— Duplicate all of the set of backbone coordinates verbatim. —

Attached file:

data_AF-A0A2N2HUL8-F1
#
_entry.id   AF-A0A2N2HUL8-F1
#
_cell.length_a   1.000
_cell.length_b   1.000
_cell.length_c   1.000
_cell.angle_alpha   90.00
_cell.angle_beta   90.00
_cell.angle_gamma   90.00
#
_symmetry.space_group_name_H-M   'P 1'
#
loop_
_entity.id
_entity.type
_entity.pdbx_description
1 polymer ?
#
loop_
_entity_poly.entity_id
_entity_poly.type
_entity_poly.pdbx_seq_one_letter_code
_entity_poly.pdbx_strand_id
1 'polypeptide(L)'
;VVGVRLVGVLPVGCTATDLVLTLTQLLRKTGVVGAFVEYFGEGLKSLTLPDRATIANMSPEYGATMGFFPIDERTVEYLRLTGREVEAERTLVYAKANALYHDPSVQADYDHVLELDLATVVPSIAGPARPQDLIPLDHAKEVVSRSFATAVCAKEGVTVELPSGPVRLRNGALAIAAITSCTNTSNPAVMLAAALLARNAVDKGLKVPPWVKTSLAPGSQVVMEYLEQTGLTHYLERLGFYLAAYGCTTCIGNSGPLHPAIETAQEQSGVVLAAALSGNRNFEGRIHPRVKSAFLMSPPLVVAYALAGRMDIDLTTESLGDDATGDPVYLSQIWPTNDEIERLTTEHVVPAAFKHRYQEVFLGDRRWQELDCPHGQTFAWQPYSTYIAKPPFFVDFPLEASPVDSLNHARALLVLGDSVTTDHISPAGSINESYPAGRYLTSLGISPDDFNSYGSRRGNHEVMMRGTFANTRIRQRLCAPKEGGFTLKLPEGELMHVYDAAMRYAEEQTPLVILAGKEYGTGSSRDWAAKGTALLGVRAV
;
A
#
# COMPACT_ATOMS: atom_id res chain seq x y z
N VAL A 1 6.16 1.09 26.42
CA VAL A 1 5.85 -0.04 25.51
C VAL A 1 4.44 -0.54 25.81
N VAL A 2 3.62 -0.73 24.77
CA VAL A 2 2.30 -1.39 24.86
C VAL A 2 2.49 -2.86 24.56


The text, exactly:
data_AF-A0A2N2HUL8-F1
#
_entry.id   AF-A0A2N2HUL8-F1
#
_cell.length_a   1.000
_cell.length_b   1.000
_cell.length_c   1.000
_cell.angle_alpha   90.00
_cell.angle_beta   90.00
_cell.angle_gamma   90.00
#
_symmetry.space_group_name_H-M   'P 1'
#
loop_
_entity.id
_entity.type
_entity.pdbx_description
1 polymer ?
#
loop_
_entity_poly.entity_id
_entity_poly.type
_entity_poly.pdbx_seq_one_letter_code
_entity_poly.pdbx_strand_id
1 'polypeptide(L)'
;VVGVRLVGVLPVGCTATDLVLTLTQLLRKTGVVGAFVEYFGEGLKSLTLPDRATIANMSPEYGATMGFFPIDERTVEYLRLTGREVEAERTLVYAKANALYHDPSVQADYDHVLELDLATVVPSIAGPARPQDLIPLDHAKEVVSRSFATAVCAKEGVTVELPSGPVRLRNGALAIAAITSCTNTSNPAVMLAAALLARNAVDKGLKVPPWVKTSLAPGSQVVMEYLEQTGLTHYLERLGFYLAAYGCTTCIGNSGPLHPAIETAQEQSGVVLAAALSGNRNFEGRIHPRVKSAFLMSPPLVVAYALAGRMDIDLTTESLGDDATGDPVYLSQIWPTNDEIERLTTEHVVPAAFKHRYQEVFLGDRRWQELDCPHGQTFAWQPYSTYIAKPPFFVDFPLEASPVDSLNHARALLVLGDSVTTDHISPAGSINESYPAGRYLTSLGISPDDFNSYGSRRGNHEVMMRGTFANTRIRQRLCAPKEGGFTLKLPEGELMHVYDAAMRYAEEQTPLVILAGKEYGTGSSRDWAAKGTALLGVRAV
;
A
#
# COMPACT_ATOMS: atom_id res chain seq x y z
N VAL A 1 6.16 1.09 26.42
CA VAL A 1 5.85 -0.04 25.51
C VAL A 1 4.44 -0.54 25.81
N VAL A 2 3.62 -0.73 24.77
CA VAL A 2 2.30 -1.39 24.86
C VAL A 2 2.49 -2.86 24.56